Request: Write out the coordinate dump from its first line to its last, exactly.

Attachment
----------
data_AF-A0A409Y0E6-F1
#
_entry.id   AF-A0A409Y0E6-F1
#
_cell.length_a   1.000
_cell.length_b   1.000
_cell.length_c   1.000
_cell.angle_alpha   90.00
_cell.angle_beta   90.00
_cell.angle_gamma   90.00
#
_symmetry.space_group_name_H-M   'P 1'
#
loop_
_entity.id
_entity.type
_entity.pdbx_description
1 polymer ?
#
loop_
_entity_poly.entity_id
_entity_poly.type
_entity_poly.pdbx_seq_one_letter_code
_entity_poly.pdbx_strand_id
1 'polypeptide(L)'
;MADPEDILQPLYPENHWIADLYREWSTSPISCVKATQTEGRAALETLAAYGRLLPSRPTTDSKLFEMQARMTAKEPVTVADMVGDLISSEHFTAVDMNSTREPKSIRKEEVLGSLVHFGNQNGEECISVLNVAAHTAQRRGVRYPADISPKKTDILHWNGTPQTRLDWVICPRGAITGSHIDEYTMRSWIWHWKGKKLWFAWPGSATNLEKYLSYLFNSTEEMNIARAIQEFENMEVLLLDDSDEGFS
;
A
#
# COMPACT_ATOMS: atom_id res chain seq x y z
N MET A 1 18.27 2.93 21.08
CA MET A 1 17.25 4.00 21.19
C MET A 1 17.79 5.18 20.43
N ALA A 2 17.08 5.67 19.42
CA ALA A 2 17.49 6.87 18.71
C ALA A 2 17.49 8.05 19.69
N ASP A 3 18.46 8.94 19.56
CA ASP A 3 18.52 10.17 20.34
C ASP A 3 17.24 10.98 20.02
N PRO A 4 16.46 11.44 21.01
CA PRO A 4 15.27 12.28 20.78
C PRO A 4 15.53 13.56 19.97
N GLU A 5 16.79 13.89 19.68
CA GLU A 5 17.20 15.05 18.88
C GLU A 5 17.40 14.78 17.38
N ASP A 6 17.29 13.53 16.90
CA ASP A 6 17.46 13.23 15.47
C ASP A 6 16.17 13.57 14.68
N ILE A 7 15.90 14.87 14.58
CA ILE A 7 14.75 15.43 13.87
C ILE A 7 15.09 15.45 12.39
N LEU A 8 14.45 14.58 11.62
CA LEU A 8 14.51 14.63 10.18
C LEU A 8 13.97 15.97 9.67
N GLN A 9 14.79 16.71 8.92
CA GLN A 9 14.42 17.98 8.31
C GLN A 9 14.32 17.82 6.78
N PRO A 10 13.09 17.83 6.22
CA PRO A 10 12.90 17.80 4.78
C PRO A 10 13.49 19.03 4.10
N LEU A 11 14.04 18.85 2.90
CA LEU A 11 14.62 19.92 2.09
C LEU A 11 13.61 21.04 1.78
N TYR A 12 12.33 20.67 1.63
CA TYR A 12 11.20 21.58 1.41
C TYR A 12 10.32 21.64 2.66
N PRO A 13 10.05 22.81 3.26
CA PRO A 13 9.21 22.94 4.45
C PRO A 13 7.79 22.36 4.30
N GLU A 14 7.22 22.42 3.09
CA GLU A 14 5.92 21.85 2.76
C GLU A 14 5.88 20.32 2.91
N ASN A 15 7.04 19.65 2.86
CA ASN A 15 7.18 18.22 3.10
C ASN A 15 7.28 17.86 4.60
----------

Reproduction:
data_AF-A0A409Y0E6-F1
#
_entry.id   AF-A0A409Y0E6-F1
#
_cell.length_a   1.000
_cell.length_b   1.000
_cell.length_c   1.000
_cell.angle_alpha   90.00
_cell.angle_beta   90.00
_cell.angle_gamma   90.00
#
_symmetry.space_group_name_H-M   'P 1'
#
loop_
_entity.id
_entity.type
_entity.pdbx_description
1 polymer ?
#
loop_
_entity_poly.entity_id
_entity_poly.type
_entity_poly.pdbx_seq_one_letter_code
_entity_poly.pdbx_strand_id
1 'polypeptide(L)'
;MADPEDILQPLYPENHWIADLYREWSTSPISCVKATQTEGRAALETLAAYGRLLPSRPTTDSKLFEMQARMTAKEPVTVADMVGDLISSEHFTAVDMNSTREPKSIRKEEVLGSLVHFGNQNGEECISVLNVAAHTAQRRGVRYPADISPKKTDILHWNGTPQTRLDWVICPRGAITGSHIDEYTMRSWIWHWKGKKLWFAWPGSATNLEKYLSYLFNSTEEMNIARAIQEFENMEVLLLDDSDEGFS
;
A
#
# COMPACT_ATOMS: atom_id res chain seq x y z
N MET A 1 18.27 2.93 21.08
CA MET A 1 17.25 4.00 21.19
C MET A 1 17.79 5.18 20.43
N ALA A 2 17.08 5.67 19.42
CA ALA A 2 17.49 6.87 18.71
C ALA A 2 17.49 8.05 19.69
N ASP A 3 18.46 8.94 19.56
CA ASP A 3 18.52 10.17 20.34
C ASP A 3 17.24 10.98 20.02
N PRO A 4 16.46 11.44 21.01
CA PRO A 4 15.27 12.28 20.78
C PRO A 4 15.53 13.56 19.97
N GLU A 5 16.79 13.89 19.68
CA GLU A 5 17.20 15.05 18.88
C GLU A 5 17.40 14.78 17.38
N ASP A 6 17.29 13.53 16.90
CA ASP A 6 17.46 13.23 15.47
C ASP A 6 16.17 13.57 14.68
N ILE A 7 15.90 14.87 14.58
CA ILE A 7 14.75 15.43 13.87
C ILE A 7 15.09 15.45 12.39
N LEU A 8 14.45 14.58 11.62
CA LEU A 8 14.51 14.63 10.18
C LEU A 8 13.97 15.97 9.67
N GLN A 9 14.79 16.71 8.92
CA GLN A 9 14.42 17.98 8.31
C GLN A 9 14.32 17.82 6.78
N PRO A 10 13.09 17.83 6.22
CA PRO A 10 12.90 17.80 4.78
C PRO A 10 13.49 19.03 4.10
N LEU A 11 14.04 18.85 2.90
CA LEU A 11 14.62 19.92 2.09
C LEU A 11 13.61 21.04 1.78
N TYR A 12 12.33 20.67 1.63
CA TYR A 12 11.20 21.58 1.41
C TYR A 12 10.32 21.64 2.66
N PRO A 13 10.05 22.81 3.26
CA PRO A 13 9.21 22.94 4.45
C PRO A 13 7.79 22.36 4.30
N GLU A 14 7.22 22.42 3.09
CA GLU A 14 5.92 21.85 2.76
C GLU A 14 5.88 20.32 2.91
N ASN A 15 7.04 19.65 2.86
CA ASN A 15 7.18 18.22 3.10
C ASN A 15 7.28 17.86 4.60